${\displaystyle \Rightarrow }$
${\displaystyle \angle PG_{2}T=\angle PTG_{1))$
${\displaystyle \Rightarrow }$
${\displaystyle \triangle PTG_{2}\sim \triangle PG_{1}T}$
${\displaystyle \Rightarrow }$
${\displaystyle {\frac {|PT|}{|PG_{2}|))={\frac {|PG_{1}|}{|PT|))}$
${\displaystyle \Rightarrow }$
${\displaystyle |PT|^{2}=|PG_{1}|\cdot |PG_{2}|}$

The tangent-secant theorem describes the relation of line segments created by a secant and a tangent line with the associated circle. This result is found as Proposition 36 in Book 3 of Euclid's Elements.

Given a secant g intersecting the circle at points G1 and G2 and a tangent t intersecting the circle at point T and given that g and t intersect at point P, the following equation holds:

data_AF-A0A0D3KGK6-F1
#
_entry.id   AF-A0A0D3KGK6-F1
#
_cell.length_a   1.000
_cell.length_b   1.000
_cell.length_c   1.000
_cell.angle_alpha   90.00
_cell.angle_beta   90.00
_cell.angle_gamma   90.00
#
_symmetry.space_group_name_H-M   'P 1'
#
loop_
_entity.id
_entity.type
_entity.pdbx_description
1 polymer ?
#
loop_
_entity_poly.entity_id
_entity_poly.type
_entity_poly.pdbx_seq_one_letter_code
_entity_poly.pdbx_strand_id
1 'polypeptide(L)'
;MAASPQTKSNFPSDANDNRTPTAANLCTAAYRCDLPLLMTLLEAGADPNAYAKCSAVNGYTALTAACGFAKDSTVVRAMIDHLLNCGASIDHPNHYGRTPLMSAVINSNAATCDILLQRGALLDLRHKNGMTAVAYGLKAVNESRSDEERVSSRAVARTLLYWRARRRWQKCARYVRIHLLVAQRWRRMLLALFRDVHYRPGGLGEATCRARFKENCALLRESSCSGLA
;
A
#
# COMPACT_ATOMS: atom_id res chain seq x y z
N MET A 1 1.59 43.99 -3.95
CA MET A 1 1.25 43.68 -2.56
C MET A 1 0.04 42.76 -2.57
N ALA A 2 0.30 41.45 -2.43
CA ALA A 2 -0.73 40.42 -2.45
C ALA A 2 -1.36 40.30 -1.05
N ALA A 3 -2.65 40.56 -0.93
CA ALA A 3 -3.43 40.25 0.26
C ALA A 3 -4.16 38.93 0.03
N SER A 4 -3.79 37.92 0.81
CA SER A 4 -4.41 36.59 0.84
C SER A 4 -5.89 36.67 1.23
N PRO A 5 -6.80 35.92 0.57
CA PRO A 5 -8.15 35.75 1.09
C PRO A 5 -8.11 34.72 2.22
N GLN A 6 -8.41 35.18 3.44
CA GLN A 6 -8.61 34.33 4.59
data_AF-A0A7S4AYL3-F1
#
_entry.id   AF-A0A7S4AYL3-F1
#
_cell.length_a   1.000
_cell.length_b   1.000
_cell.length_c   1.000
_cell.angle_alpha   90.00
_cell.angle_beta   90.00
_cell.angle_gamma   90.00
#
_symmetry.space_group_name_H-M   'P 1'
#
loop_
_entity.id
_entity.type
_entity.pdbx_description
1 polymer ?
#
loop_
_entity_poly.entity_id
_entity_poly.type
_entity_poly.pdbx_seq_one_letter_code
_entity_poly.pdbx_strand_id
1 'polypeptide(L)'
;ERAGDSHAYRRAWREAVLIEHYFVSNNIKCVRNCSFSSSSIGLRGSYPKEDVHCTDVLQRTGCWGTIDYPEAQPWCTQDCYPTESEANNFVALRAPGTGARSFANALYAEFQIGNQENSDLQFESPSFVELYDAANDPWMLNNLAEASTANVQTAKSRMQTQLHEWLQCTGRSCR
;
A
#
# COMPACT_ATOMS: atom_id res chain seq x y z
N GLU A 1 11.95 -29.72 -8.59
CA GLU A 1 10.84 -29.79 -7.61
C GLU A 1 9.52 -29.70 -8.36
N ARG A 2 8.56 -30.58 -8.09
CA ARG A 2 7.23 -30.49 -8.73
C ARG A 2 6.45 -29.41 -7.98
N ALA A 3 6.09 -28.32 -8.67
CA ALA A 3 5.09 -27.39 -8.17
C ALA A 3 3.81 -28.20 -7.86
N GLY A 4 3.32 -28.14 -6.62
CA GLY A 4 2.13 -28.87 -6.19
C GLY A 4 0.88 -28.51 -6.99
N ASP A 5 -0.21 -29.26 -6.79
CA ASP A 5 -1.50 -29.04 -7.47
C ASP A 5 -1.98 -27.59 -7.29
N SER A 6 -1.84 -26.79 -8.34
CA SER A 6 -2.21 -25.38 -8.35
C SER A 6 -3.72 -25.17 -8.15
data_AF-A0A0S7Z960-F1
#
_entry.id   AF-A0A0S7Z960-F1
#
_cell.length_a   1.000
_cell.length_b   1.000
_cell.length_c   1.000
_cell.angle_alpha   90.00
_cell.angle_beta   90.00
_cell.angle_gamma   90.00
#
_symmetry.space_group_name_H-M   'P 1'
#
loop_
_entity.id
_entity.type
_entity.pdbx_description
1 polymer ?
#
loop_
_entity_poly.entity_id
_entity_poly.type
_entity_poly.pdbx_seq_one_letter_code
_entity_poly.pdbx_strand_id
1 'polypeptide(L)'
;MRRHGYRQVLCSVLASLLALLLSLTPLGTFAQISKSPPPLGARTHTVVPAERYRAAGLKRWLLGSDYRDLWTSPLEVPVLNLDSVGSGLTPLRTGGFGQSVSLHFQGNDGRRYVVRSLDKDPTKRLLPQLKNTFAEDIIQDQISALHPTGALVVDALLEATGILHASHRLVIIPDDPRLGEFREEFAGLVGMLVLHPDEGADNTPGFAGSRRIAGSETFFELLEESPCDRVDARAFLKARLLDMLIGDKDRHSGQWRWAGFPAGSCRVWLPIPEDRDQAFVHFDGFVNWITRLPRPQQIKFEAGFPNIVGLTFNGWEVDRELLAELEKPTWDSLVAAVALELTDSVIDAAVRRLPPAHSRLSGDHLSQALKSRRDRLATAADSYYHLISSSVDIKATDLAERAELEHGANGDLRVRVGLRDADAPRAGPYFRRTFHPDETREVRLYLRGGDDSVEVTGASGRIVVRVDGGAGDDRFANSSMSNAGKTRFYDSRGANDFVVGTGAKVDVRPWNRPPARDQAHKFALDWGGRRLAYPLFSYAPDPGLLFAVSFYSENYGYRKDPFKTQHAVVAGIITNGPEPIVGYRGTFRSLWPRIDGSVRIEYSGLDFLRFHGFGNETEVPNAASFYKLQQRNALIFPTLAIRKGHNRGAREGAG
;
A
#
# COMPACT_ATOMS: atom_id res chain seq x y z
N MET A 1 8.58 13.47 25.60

${\displaystyle |PT|^{2}=|PG_{1}|\cdot |PG_{2}|}$

The tangent-secant theorem can be proven using similar triangles (see graphic).

Like the intersecting chords theorem and the intersecting secants theorem, the tangent-secant theorem represents one of the three basic cases of a more general theorem about two intersecting lines and a circle, namely, the power of point theorem.

## References

• S. Gottwald: The VNR Concise Encyclopedia of Mathematics. Springer, 2012, ISBN 9789401169820, pp. 175-176
• Michael L. O'Leary: Revolutions in Geometry. Wiley, 2010, ISBN 9780470591796, p. 161
• Schülerduden - Mathematik I. Bibliographisches Institut & F.A. Brockhaus, 8. Auflage, Mannheim 2008, ISBN 978-3-411-04208-1, pp. 415-417 (German)